Drawing on syllabi for Joyce Carol Oates’s own writing seminar at Princeton University, Telling Stories gathers over one hundred works of narrative art―"miniature" narratives, dramatic monologues, early stories by well-known writers, prose pieces inspired by myth, legend, and folktale, poems that tell stories, memoir and diary excerpts, two examples of genre fiction, and a generous sampling of classic and contemporary short stories―selected to stimulate and inspire beginning writers as they practice and perfect their craft.Oates’s chapter introductions and afterword on the writing workshop offer students encouragement, advice, and exercises for honing their skills.
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"Every book, every story, every sentence we read is a part of our preparation for our own writing," suggests Joyce Carol Oates in her introduction to Telling Stories, "so it's wise to choose our reading carefully." Easily said. But apart from sticking to the classics and canceling that subscription to People magazine, how does one go about choosing wisely? One way is to find a reliable anthologist, and in Oates we have just that. Prolific a writer as she is, Oates also teaches creative writing at Princeton, and she uses many of the stories, prose pieces, and poems collected in Telling Stories as material for her writing workshops. Among the nearly 100 authors included in the volume are Anton Chekhov and Lydia Davis, Ovid and Angela Carter, H. P. Lovecraft and Stephen King, Gish Jen and Thom Jones. A rich stew it is indeed, and a terrific jumping-off place for those writers who wish, as Oates recommends, "to read widely, to read with enthusiasm, to read for pleasure, to read with an eye for another's craft." --Jane SteinbergFrom the Back Cover:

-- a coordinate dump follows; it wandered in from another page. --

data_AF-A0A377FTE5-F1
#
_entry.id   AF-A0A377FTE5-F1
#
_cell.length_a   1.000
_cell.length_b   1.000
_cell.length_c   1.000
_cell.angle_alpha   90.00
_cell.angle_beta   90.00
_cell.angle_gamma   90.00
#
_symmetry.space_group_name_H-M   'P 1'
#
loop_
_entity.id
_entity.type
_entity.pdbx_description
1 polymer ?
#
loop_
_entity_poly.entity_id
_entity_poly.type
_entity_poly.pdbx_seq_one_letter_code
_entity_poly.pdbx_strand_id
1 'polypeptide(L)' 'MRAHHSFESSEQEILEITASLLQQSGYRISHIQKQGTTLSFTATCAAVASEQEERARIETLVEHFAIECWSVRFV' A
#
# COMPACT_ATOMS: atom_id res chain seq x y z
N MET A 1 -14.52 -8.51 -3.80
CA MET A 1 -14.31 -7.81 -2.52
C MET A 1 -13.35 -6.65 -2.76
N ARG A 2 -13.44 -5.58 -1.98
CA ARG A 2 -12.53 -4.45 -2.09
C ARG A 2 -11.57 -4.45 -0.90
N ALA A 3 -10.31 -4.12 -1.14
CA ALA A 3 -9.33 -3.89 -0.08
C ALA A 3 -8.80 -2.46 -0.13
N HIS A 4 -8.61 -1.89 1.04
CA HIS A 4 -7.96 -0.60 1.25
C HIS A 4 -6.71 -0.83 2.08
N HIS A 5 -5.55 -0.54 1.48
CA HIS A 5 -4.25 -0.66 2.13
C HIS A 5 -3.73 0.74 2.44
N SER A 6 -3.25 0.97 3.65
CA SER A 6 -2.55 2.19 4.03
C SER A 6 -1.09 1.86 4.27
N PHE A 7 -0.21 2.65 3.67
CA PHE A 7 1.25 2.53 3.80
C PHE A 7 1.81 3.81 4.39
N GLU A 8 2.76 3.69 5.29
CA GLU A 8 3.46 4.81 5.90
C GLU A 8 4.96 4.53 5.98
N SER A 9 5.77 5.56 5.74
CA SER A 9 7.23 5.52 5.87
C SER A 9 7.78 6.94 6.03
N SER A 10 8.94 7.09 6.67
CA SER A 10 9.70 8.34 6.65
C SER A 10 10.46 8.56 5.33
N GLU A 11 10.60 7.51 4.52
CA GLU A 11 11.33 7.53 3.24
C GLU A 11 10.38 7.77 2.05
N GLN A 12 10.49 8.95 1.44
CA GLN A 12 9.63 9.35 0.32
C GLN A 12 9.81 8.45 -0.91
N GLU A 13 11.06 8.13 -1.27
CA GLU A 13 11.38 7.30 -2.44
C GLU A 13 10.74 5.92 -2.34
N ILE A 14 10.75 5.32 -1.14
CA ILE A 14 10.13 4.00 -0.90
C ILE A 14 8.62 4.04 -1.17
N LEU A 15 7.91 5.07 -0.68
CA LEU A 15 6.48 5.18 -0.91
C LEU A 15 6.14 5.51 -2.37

Drawn from Joyce Carol Oates's reading list at Princeton University, the pieces collected in Telling Stories provide beginning writers with models and inspiration for their own writing. Oates gathers here a diverse anthology of over one hundred works, including "miniature" narratives, dramatic monologues, poems that tell stories, memoir and diary excerpts, and a generous sampling of classic and contemporary short stories. Throughout, Oates has chosen exemplary writings - by relative newcomers and established authors alike - to delight readers as well as to stimulate students' own creative work. A general introduction and an afterword on the writing workshop offer students encouragement, advice, and exercises for writing. A text for creative writers, an anthology for fiction courses, Telling Stories provides a master's portrait of the art and craft of storytelling.
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